Today in History:

36 Series I Volume XXXI-I Serial 54 - Knoxville and Lookout Mountain Part I

Page 36 KY.,SW.VA.,Tennessee,MISS.,N.ALA.,AND N.GA. Chapter XLIII.

Mississippi Department. They also captured and brought in 2 men, Barker and Keefe, cotton card manufactures, with a cotton machine complete, which they had recently bought at Macon and Savannah, Ga., which cost them $ 8,000. They crossed the river but a short time prior to their capture, and were en route to Camden, Ark., where the machine was to be used in making cloth for the army.

On the 9th, learning that the guerrillas had burned the steamer Allen Collier that had landed opposite Laconia, Ark., a day or two previous, I immediately left Napoleon for that place, intending to ferret out the marauding party, landing at the mouth of White River for wood. I found a portion of the Allen Collier's crew that had been arrested and were subsequently released, who informed me the boat was burned by Montgomery's guerrilla band, and knowing that Montgomery and a portion of his company, numbering about 40 or 50 men, lived on Bayou Phalia, in Bolivar County, Miss., and owned plantations, I resolved to return at once with my command to Beulah Landing and break up the party. On the following morning, November 10, I left the boats at 7 o'clock with a small cavalry force and proceeded to the bayou, a distance of some 10 miles, when I arrested one of the party and learned from him that the company was still some distance from there in the canebrakes, and knowing the impossibility of overtaking them I went to Montgomery's plantation, where I found the family of General Charles Clark, C. S. Army, also the family of Montgomery, and after removing the furniture from the house, I set it on fire. I also burned the cotton gin and out-houses; in fact, everything but the way of retaliation. She replied, "This is no more than I expected when I heard what my husband had done." I also obtained the names of some of his company who own plantations in that vicinity and notified them, through the present occupants of the plantations, that if another overt act should be committed by that company I would serve them as I had Montgomery,their captain.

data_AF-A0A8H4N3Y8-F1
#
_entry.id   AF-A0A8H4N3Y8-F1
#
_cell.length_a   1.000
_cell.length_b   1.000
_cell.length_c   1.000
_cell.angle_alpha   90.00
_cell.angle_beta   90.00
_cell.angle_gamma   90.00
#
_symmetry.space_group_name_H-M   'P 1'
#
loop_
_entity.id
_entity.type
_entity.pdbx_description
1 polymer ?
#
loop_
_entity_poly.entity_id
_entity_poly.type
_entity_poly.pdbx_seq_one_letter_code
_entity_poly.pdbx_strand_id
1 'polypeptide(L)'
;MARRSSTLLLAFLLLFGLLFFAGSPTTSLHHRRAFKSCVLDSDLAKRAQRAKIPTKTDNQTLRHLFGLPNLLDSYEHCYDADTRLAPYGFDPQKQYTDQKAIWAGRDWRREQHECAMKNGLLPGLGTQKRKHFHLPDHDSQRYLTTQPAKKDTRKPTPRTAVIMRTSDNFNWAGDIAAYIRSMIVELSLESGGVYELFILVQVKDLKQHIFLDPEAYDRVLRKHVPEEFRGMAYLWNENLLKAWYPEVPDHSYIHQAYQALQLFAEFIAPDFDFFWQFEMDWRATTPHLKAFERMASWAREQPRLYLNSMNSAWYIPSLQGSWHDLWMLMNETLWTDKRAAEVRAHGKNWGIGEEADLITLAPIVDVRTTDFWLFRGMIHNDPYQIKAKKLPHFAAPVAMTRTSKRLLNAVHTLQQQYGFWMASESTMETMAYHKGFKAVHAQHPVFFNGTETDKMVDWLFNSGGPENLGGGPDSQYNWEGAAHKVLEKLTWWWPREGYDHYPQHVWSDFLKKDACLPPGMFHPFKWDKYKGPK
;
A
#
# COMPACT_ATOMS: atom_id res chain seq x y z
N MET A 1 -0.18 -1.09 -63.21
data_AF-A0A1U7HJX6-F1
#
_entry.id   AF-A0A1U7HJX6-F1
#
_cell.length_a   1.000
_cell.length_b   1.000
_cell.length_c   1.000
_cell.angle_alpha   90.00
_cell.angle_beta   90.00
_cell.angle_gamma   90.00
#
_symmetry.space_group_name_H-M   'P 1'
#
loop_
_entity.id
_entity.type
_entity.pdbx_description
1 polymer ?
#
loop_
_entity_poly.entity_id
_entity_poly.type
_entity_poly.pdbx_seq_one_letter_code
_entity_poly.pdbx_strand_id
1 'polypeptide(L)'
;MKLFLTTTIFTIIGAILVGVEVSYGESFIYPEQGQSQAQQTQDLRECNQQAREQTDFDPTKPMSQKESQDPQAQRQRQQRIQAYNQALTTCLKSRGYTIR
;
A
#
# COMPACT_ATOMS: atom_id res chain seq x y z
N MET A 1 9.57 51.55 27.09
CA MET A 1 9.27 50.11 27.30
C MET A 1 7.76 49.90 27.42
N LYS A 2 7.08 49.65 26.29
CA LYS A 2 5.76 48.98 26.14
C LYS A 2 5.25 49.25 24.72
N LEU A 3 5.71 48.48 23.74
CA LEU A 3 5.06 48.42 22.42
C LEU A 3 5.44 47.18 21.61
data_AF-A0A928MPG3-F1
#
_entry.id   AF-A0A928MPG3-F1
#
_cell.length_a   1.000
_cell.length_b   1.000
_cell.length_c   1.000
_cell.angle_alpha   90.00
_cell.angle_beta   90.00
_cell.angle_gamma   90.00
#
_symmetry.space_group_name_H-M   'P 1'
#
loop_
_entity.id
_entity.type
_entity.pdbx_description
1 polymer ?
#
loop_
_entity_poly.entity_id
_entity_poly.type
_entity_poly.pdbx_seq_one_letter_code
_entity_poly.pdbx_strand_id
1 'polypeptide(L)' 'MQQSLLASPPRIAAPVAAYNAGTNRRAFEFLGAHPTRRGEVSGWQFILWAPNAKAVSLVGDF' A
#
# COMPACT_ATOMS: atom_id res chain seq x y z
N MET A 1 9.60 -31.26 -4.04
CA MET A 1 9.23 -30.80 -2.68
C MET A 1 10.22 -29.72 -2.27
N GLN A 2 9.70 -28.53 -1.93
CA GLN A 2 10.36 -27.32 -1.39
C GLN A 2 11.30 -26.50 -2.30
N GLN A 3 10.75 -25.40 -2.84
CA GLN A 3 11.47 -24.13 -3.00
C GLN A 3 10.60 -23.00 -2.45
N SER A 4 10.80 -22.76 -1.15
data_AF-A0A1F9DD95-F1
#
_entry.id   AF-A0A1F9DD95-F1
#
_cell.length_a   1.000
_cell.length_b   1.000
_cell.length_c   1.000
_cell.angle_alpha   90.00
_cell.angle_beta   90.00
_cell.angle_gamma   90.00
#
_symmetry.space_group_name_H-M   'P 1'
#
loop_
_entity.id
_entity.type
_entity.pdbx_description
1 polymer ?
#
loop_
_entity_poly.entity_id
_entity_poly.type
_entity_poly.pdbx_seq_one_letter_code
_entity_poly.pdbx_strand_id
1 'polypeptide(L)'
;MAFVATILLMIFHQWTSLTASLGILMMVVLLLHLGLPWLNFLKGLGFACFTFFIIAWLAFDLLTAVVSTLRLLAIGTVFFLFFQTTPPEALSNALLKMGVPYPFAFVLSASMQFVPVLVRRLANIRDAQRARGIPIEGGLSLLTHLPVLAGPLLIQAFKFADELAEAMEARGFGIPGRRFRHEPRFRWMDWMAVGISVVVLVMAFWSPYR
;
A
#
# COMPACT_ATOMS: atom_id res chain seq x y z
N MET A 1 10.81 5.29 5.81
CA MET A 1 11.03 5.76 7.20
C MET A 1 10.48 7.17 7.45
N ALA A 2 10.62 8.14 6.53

We destroyed several yawls and flat-boats along the road that were being hauled to the river every night in a wagon and used in ferrying, then taken back in the woods, and came to their former hiding place before daylight in the morning.

We also arrested and brought in several prisoners, among whom were three citizens, mail-carriers, with each a small package of mail destined for Arkansas. We reached Bolivar Landing, Miss., about dark, where we met the fleet, having marched about 35 miles.

I also have the honor to inform you that large quantities of corn in cribs, of last year's growth, and hundreds of acres grown this year, and now standing in the field, can be procured within 5 miles of the river and in some places immediately on its banks. I also learn that parties with trading boats along the river are dealing in cotton and furnishing the citizens with supplies and other necessities.

I have the honor to be, general, your obedient servant,


Lieutenant-Colonel, Commanding.

Brig. General ALFRED W. ELLET,

Commanding Marine Brigade.

Page 36 KY.,SW.VA.,Tennessee,MISS.,N.ALA.,AND N.GA. Chapter XLIII.